/ 19 March 2008

Taxi industry puts recapitalisation on hold

The taxi industry on Wednesday placed ”on hold” its participation in the government’s programme to replace old, unsafe taxis with safer vehicles.

The South African National Taxi Council (Santaco), the only body recognised by the government as a representative body of the taxi industry, said it would not continue with the multibillion-rand taxi-recapitalisation programme as long as its concerns were not addressed.

”We’ve noticed the development of the foetus in our stomach. We see less and less progress and as parents we are worried that we are going to give birth to a stillborn … if not a stillborn, an abnormal baby,” said Santaco president Jabulani Mthembu at a press conference in Pretoria.

”It is not our intention to abort, we still want to give birth to this child,” he continued.

The problems highlighted by Santaco included the conversion of taxi permits into operator licences, dissatisfaction with the R50 000 scrapping allowance and the slow speed at which it takes place, and different laws at national and provincial level regulating the industry.

”We want clarity now, not the good answers, because the good answers, at the end of the day, differ from the practicality on the ground.

”What we want from them is an operational plan with deadlines … [once] we’ve got clear programmes and responses on the issues, it’s only then when we’ll move forward,” Mthembu said.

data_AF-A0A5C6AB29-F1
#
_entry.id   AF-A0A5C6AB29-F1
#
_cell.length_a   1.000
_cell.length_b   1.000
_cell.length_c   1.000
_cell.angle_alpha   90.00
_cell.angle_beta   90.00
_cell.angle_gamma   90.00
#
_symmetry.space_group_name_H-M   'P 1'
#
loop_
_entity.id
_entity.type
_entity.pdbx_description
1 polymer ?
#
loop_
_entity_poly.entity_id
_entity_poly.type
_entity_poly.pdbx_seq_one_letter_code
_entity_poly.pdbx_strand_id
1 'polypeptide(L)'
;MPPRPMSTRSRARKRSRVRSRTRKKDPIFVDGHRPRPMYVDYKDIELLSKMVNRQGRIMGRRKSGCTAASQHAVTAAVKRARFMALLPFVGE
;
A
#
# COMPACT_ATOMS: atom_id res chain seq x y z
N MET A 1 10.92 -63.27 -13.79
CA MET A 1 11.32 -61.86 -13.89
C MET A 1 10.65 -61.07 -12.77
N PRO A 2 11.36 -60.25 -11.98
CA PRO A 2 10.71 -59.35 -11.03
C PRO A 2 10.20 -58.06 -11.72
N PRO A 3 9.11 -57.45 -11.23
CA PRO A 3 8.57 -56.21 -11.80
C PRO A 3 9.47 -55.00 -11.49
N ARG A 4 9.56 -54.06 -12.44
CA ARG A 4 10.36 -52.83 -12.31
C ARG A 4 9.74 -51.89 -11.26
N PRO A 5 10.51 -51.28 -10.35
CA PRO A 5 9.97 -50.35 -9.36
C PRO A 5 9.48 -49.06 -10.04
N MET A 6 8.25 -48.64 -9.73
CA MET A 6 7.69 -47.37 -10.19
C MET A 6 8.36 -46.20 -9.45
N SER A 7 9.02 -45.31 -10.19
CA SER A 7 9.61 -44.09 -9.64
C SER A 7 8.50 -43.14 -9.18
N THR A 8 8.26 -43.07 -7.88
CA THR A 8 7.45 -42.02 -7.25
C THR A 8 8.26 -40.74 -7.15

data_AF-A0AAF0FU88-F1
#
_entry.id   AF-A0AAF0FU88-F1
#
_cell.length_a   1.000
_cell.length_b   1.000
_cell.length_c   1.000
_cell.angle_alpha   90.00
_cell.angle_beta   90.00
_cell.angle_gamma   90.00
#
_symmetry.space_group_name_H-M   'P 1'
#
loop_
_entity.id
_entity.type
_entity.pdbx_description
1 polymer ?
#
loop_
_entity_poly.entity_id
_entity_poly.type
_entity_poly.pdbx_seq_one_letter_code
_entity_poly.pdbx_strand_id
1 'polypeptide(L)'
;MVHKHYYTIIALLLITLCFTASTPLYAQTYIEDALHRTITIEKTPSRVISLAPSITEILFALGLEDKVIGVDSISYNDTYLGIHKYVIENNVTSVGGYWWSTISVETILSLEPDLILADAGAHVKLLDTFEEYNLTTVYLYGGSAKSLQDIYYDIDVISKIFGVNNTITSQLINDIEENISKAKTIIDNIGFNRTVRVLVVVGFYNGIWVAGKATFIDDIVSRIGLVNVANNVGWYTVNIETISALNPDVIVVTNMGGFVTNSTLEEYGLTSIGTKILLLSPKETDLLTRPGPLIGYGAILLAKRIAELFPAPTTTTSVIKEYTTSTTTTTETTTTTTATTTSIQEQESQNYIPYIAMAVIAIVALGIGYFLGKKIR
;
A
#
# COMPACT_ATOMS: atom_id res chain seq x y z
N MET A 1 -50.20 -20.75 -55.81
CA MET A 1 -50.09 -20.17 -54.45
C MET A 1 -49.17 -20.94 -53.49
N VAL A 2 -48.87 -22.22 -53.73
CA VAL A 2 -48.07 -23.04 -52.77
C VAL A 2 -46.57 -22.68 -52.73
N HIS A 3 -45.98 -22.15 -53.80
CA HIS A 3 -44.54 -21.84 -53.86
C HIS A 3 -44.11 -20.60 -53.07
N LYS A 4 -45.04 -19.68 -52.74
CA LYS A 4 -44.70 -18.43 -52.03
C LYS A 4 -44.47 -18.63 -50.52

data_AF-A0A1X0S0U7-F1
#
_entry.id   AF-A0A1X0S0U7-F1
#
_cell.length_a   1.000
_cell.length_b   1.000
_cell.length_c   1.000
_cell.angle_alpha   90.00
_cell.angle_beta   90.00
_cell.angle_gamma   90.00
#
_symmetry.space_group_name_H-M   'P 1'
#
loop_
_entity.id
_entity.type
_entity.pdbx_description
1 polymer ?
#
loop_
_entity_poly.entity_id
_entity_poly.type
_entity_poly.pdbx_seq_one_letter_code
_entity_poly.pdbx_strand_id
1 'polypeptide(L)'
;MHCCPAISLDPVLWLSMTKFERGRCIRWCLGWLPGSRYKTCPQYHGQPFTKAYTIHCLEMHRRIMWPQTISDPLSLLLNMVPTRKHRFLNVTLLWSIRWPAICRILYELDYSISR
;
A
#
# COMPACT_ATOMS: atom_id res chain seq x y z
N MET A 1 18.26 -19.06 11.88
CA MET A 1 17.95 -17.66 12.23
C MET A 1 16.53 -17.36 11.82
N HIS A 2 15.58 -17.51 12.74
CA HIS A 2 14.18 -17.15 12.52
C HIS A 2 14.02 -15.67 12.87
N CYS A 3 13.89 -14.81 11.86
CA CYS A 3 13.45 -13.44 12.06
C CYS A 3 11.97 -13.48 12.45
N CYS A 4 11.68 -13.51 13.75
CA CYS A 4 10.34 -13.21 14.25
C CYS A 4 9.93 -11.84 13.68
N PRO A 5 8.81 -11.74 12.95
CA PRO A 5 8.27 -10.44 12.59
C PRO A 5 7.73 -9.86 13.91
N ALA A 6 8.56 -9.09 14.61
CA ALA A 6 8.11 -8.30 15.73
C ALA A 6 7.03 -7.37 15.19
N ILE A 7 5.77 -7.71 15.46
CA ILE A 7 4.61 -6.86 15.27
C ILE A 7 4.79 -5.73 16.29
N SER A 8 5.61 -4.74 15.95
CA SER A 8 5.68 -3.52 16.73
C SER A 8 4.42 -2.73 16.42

The programme, which was first proposed in the 1990s, has been beset with problems. Since 2006, when it started being implemented, only about 13 000 of an ageing fleet of over 100 000 taxis have been replaced.

In terms of the programme, taxi operators are paid a once-off R50 000 scrapping allowance, which could be used to buy a new approved taxi.

The Treasury has approved a budget for another 8 000 vehicles to be scrapped this year, but this also angered Santaco, which said it planned to scrap over 20 000 vehicles this year.

The government expressed its disappointment that Santaco made the announcement through the media before consulting with it.

”We only heard about this through the media,” said Colin Msibi, spokesperson for Transport Minister Jeff Radebe.

He pointed out that the department had exceeded its budgeted amount of R470-million in the last financial year by spending R663-million on scrapping allowances.

This was proof, he said, that the programme was moving faster than Santaco claimed.

On operating licences, Msibi admitted there were some problems with the Operating Licence Board, but said the department had set aside an amount of money to improve and speed up the work of the board. — Sapa